US composite pmi
  • Prior was 57.5
  • Services 51.6 vs 53.5 expected
  • Prior services 53.5
  • Composite 51.2 vs 53.8 prior
  • Services rate of input price inflation was the softest for five months and eased notably from May
  • The rise in manufacturing input prices was the slowest since April 2021

This is a sizeable miss and evidence of a quick slowdown in demand, though it's still in positive territory (above 50). This report is consistent with a shifting narrative away from inflation worries and towards growth worries.

S&P Global: "business confidence slumped to one of the greatest extents seen since comparable data were available in 2012, down to the lowest since September 2020."

Chris Williamson, Chief Business Economist at S&P Global Market Intelligence said:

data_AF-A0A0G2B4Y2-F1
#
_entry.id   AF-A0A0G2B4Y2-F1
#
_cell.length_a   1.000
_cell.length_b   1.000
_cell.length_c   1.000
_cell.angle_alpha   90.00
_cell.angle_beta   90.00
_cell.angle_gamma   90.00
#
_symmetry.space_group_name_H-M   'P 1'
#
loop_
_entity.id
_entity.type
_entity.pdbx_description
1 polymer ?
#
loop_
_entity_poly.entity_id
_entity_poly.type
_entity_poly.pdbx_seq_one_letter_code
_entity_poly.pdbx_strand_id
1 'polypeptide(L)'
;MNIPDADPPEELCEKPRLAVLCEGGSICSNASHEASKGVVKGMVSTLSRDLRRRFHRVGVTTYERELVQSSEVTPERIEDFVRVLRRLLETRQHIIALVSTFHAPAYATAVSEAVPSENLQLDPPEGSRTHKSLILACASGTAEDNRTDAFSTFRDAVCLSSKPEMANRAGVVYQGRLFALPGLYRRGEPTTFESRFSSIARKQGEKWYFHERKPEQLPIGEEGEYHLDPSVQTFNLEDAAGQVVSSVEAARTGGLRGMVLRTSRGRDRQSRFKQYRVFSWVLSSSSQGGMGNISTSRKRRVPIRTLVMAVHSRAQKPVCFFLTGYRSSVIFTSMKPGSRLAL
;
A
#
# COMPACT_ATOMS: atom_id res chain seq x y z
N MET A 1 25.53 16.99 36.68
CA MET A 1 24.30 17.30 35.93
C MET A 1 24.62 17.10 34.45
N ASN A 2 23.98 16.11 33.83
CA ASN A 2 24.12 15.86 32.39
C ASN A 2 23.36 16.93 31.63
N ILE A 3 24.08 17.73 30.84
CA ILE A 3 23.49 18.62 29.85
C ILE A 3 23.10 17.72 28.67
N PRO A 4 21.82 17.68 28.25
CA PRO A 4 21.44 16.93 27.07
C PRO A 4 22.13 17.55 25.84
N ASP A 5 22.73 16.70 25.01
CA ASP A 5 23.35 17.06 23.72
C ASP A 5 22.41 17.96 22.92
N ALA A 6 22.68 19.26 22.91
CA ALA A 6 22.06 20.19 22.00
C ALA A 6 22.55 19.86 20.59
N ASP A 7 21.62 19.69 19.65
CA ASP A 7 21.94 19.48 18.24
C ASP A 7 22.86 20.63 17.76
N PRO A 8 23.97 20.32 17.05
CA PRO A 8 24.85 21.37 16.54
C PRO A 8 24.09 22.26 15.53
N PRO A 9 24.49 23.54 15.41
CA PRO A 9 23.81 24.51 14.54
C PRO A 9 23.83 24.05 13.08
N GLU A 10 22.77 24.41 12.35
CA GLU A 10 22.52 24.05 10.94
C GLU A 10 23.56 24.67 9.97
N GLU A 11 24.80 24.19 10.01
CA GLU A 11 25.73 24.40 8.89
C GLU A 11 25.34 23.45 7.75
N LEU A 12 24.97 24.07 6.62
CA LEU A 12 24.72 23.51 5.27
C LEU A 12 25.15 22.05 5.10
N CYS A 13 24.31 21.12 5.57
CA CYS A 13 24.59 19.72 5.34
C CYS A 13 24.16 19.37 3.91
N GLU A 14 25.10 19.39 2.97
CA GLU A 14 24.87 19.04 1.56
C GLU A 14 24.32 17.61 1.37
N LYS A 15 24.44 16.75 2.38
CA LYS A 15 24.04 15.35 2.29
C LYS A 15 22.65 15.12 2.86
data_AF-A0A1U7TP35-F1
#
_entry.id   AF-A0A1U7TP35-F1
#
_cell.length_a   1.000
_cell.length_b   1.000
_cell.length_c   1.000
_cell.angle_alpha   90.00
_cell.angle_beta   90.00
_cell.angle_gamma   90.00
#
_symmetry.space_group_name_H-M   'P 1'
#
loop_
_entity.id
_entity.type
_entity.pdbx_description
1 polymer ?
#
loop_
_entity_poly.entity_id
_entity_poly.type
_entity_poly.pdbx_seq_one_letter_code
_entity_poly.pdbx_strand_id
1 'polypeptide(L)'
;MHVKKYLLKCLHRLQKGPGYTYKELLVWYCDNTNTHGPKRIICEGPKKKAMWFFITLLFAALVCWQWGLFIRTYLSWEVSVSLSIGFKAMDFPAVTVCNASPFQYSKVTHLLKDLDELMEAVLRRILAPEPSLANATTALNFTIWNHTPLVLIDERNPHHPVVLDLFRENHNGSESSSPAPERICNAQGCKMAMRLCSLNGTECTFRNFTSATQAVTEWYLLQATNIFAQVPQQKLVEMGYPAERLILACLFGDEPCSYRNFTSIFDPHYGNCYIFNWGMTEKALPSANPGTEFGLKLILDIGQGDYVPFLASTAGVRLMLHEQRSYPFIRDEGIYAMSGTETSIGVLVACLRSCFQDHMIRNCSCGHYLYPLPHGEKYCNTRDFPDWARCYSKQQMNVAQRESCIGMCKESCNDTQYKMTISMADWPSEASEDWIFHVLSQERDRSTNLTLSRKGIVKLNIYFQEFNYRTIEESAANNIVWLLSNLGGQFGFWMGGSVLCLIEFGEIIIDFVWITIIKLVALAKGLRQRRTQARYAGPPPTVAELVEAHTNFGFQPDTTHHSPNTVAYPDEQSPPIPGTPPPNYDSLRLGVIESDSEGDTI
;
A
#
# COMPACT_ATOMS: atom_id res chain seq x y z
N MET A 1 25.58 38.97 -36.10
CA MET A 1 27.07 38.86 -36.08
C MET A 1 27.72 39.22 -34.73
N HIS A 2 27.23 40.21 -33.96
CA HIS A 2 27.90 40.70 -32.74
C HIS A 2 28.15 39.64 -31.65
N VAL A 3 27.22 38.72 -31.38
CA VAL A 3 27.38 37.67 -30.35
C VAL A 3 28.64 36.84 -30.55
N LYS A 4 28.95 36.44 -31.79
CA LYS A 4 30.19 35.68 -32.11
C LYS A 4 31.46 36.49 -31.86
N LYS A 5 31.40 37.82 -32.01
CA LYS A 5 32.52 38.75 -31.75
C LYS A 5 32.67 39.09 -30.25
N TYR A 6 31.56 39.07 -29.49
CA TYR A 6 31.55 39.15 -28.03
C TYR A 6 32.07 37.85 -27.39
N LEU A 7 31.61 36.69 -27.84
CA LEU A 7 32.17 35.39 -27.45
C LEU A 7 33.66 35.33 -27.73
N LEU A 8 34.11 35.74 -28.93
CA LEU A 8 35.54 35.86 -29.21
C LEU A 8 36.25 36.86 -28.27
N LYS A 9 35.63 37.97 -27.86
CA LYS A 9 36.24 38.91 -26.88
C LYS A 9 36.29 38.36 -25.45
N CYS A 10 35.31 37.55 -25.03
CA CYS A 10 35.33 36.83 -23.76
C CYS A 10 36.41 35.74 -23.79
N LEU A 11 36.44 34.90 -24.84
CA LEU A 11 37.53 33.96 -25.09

“The pace of US economic growth has slowed sharply in June, with deteriorating forward-looking indicators setting the scene for an economic contraction in the third quarter. The survey data are consistent with the economy expanding at an annualized rate of less than 1% in June, with the goods-producing sector already in decline and the vast service sector slowing sharply.

“Having enjoyed a mini-boom from consumers returning after the relaxation of pandemic restrictions, many services firms are now seeing households increasingly struggle with the rising cost of living, with producers of non-essential goods seeing a similar drop in orders.

“There has consequently been a remarkable drop in demand for goods and services during June compared to prior months.

"Businesses have become much more concerned about the outlook as a result of the rising cost of living and drop in demand, as well as the increasingly aggressive interest rate path outlined by the  Federal Reserve  and the concomitant deterioration in broader financial conditions. Business confidence is now at a level which would typically herald an economic downturn, adding to the risk of recession.

“A corollary of the drop in demand was less pressure on prices, with the survey’s  inflation  gauges for firms’ costs and their selling prices falling sharply in June to suggest that, although still elevated, price pressures have peaked.”